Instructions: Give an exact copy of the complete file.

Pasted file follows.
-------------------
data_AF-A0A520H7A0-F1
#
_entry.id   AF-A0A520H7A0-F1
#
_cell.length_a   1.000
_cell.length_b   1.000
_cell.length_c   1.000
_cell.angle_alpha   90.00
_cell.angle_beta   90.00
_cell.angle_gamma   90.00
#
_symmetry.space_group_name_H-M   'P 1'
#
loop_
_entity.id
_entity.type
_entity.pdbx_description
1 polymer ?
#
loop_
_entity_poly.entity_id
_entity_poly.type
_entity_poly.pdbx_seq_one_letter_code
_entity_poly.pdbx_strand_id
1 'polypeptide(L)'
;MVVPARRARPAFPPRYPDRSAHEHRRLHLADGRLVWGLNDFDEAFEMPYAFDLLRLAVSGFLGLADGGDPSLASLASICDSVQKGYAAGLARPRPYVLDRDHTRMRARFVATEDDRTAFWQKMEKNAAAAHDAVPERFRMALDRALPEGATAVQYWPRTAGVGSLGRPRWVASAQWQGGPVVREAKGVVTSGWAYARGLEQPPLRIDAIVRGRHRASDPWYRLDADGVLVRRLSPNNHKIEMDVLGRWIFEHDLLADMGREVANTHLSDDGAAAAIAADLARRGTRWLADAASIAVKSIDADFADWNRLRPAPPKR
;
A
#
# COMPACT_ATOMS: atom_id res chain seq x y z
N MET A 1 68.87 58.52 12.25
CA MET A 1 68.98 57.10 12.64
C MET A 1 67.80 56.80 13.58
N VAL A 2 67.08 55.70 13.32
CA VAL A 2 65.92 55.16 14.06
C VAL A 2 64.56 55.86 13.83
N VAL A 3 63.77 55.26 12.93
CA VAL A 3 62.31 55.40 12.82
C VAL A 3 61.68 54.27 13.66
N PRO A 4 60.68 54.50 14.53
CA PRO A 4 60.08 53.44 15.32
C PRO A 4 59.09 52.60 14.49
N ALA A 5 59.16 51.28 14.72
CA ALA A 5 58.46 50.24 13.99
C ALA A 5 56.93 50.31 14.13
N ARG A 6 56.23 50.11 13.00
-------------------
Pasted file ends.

data_AF-A0A520H7A0-F1
#
_entry.id   AF-A0A520H7A0-F1
#
_cell.length_a   1.000
_cell.length_b   1.000
_cell.length_c   1.000
_cell.angle_alpha   90.00
_cell.angle_beta   90.00
_cell.angle_gamma   90.00
#
_symmetry.space_group_name_H-M   'P 1'
#
loop_
_entity.id
_entity.type
_entity.pdbx_description
1 polymer ?
#
loop_
_entity_poly.entity_id
_entity_poly.type
_entity_poly.pdbx_seq_one_letter_code
_entity_poly.pdbx_strand_id
1 'polypeptide(L)'
;MVVPARRARPAFPPRYPDRSAHEHRRLHLADGRLVWGLNDFDEAFEMPYAFDLLRLAVSGFLGLADGGDPSLASLASICDSVQKGYAAGLARPRPYVLDRDHTRMRARFVATEDDRTAFWQKMEKNAAAAHDAVPERFRMALDRALPEGATAVQYWPRTAGVGSLGRPRWVASAQWQGGPVVREAKGVVTSGWAYARGLEQPPLRIDAIVRGRHRASDPWYRLDADGVLVRRLSPNNHKIEMDVLGRWIFEHDLLADMGREVANTHLSDDGAAAAIAADLARRGTRWLADAASIAVKSIDADFADWNRLRPAPPKR
;
A
#
# COMPACT_ATOMS: atom_id res chain seq x y z
N MET A 1 68.87 58.52 12.25
CA MET A 1 68.98 57.10 12.64
C MET A 1 67.80 56.80 13.58
N VAL A 2 67.08 55.70 13.32
CA VAL A 2 65.92 55.16 14.06
C VAL A 2 64.56 55.86 13.83
N VAL A 3 63.77 55.26 12.93
CA VAL A 3 62.31 55.40 12.82
C VAL A 3 61.68 54.27 13.66
N PRO A 4 60.68 54.50 14.53
CA PRO A 4 60.08 53.44 15.32
C PRO A 4 59.09 52.60 14.49
N ALA A 5 59.16 51.28 14.72
CA ALA A 5 58.46 50.24 13.99
C ALA A 5 56.93 50.31 14.13
N ARG A 6 56.23 50.11 13.00